The highest-ranking soldier on the island, Lt Col Santi Sakuntanark, Commander of the Royal Thai Army’s 25th Infantry Regiment, which is based in Phuket, led soldiers and security personnel in accompanying Patong Traffic Police patrolling the streets.
However, despite the hard words leading up the crackdown, efforts today amounted to little more than explanations of the new parking regulations to drivers found still parked outside the new “taxi stands”, which are now clearly marked by painted parking bays and signs.
Drivers found with their tuk-tuks and taxis parked outside the new stands were not even asked to move their vehicles.
“Today is just the first day. Lots of them are fine with following the new rules, they understand,” Col Santi told The Phuket News.
“For the first three days (Aug 3-5) we are only informing and warning them about the new parking regulations. Some drivers might have been busy working and not been told about the new regulations, so this is our chance to tell them on streets,” he said.
“Everything needs time. There are a lot of drivers, maybe about 1,000 of them, and it will take time to make sure all of them know about the new regulations. Also, this has been a problem in Patong, and elsewhere in Phuket, for many years,” Col Santi added.
“Patong Police, officers from the Phuket Land Transport Office (PLTO) as well as municipality officials will continue to go around and check every day. They will report anything they find and feedback to the Provincial Public Transportation Committee (PPTC) after 15 days,” he noted.
“We also explained to them how the new system will not damage their income at all,” Col Santi added.
“I hope other drivers listen and understand this,” he told The Phuket News, in plain reference to the reaction so far from several key representatives of tuk-tuk and taxi drivers in Patong who have not backed down from their stance that the 21 taxi stands allocated by the PPTC were not enough.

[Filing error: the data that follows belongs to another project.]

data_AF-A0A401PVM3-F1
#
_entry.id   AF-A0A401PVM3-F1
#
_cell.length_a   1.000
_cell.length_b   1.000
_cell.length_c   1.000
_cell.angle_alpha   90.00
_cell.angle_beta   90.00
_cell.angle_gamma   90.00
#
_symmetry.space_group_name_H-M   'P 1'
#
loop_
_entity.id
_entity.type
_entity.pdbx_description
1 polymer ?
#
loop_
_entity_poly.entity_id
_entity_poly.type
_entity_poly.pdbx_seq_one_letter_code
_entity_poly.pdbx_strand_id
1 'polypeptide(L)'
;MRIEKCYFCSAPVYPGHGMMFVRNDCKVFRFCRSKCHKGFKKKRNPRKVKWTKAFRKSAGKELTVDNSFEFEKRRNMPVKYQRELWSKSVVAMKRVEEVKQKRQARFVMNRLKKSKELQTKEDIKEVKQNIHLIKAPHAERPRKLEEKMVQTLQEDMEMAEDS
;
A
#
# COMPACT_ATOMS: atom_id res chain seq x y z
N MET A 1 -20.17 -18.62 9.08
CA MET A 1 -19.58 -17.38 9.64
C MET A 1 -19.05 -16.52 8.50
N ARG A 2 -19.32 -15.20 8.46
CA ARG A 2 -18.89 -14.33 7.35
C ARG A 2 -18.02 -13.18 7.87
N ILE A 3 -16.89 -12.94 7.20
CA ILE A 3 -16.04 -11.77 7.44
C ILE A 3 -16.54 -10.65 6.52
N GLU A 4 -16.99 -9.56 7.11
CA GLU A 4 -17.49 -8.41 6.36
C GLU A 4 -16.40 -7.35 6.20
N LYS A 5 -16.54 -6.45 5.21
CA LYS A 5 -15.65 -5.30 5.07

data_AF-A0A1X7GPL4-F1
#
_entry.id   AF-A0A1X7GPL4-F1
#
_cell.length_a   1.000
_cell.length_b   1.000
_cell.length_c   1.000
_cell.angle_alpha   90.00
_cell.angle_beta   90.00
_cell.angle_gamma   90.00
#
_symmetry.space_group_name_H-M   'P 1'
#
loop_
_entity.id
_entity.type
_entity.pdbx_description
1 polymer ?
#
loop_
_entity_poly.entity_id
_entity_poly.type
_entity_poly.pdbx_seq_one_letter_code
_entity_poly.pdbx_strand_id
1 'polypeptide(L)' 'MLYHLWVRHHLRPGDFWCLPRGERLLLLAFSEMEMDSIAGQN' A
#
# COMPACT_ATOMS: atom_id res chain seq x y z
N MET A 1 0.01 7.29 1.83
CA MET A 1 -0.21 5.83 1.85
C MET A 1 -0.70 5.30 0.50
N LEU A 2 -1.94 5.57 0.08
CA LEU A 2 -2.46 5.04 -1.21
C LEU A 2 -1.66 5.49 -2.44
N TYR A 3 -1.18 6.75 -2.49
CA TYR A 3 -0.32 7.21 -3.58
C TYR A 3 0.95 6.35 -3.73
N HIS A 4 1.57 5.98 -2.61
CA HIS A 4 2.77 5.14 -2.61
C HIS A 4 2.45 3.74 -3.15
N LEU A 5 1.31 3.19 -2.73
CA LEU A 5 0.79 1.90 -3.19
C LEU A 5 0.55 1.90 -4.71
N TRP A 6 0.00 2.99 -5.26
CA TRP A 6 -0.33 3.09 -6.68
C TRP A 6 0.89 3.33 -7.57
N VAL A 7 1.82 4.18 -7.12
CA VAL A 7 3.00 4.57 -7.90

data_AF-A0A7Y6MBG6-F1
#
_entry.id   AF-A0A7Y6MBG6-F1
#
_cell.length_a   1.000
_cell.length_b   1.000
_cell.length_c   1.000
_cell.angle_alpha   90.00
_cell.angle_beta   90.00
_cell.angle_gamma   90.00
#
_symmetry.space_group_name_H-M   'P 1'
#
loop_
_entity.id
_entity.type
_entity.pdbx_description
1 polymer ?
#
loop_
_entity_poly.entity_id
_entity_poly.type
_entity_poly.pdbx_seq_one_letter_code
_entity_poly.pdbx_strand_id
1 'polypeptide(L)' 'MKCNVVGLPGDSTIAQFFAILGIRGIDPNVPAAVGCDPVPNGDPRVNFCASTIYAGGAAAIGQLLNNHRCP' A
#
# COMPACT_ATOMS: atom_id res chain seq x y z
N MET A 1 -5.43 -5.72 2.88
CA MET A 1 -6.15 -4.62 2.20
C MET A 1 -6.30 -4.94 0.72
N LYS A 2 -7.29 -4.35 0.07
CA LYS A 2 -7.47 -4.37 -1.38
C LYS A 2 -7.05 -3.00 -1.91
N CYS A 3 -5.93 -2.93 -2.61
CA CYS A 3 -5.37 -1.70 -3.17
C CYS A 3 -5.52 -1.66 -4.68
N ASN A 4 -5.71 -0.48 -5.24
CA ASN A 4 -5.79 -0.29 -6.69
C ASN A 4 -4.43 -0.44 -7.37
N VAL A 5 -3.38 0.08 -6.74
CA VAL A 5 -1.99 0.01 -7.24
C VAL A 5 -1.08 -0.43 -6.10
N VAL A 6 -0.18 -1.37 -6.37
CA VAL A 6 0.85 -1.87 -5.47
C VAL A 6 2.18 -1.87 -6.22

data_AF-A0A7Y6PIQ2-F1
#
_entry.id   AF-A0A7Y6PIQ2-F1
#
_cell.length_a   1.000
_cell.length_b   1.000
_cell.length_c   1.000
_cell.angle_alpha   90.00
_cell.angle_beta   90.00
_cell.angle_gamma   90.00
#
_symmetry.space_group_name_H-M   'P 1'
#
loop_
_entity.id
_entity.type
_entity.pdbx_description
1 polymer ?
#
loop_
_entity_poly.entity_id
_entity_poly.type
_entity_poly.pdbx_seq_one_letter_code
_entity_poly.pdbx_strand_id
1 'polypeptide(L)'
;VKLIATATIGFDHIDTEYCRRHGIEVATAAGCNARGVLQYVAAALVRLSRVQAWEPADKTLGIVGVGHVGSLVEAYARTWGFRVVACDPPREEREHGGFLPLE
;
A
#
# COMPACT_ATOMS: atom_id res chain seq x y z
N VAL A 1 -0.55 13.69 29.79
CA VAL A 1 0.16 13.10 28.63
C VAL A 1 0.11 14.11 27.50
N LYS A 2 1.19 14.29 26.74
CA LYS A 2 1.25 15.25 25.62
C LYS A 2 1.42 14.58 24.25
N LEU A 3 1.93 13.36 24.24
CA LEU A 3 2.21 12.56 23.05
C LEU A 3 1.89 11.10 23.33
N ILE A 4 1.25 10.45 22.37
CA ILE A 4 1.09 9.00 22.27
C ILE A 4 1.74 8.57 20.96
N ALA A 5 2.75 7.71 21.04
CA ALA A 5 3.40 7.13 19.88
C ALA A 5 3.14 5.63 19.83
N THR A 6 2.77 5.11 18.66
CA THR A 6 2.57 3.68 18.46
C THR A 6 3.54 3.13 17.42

Weerapon Kongboon, head of the tuk-tuk rank in front of the Jungceylon shopping mall told The Phuket News, he was “fine” with the rolling out of the new rules – for now.
“So they came today. Let’s see how it turns out. If we find any problems with this, we will let them know,” he said.
Mr Weerapon admitted that he was one operator who wanted more parking spaces for tuk-tuks in Patong.
“I have 90 cars in this queue. I would like to ask for extra parking spaces because five parking spaces is difficult to work with and manage with our 90 cars. Also, even with this number of cars, our income is not enough.” he said.
The soft start to the campaign today follows a meeting at Patong Police Station on Monday (July 31) where drivers were told that a first warning for parking outside the designated areas would see their vehicle details and names recorded and handed over to the PLTO.
If found guilty, they were to be fined, with a second infringement to be punished by having their commercial drivers’ licence suspended for seven days. Another infraction would incur their licence to be suspended for 15 days, and further repeat offenders would be called in for “attitude adjustment”. (See story here.)
In response, after the meeting on Monday, Anan Pluemjit, a key representative and frontman for the drivers, told The Phuket News that Patong tuk-tuk and taxi drivers would continue their fight against the military-backed drive to regain scores of parking spaces in the resort town and return them to the public.
“This is not acceptable for us… Having a total 84 parking point is the solution for everything,” he said.
Mr Anan vowed that the drivers would “stand for our purpose”.
“Everything we have presented has been ignored. It is like a blind alley. The committee has made something easy to become a harder issue. We will meet about this soon,” he added.
Also after the meeting on Monday, Col Santi noted the “issue” of dealing with the taxi and tuk-tuk drivers.
“We still see that the main problem is that they do not listen,” Col Santi told The Phuket News.
“Other tuk-tuk and taxi drivers are fine. We have adapted the plan as best we can for them, but some of them still want to keep to their old ways. What they demand it is not possible,” he said.
However, several drivers speaking to The Phuket News today – not in the presence of soldiers or police – revealed their support for Mr Anan.
One driver, wearing dark sunglasses with his vehicle parked illegally on Thaweewong Rd, told The Phuket News, “I don’t like the new rules. I agree with Mr Anan…”
Another driver who was found with his vehicle parked in a public space, when asked what he would do when the Army arrived – while Col Santi and his team were standing literally across the road – simply replied “I don’t care.”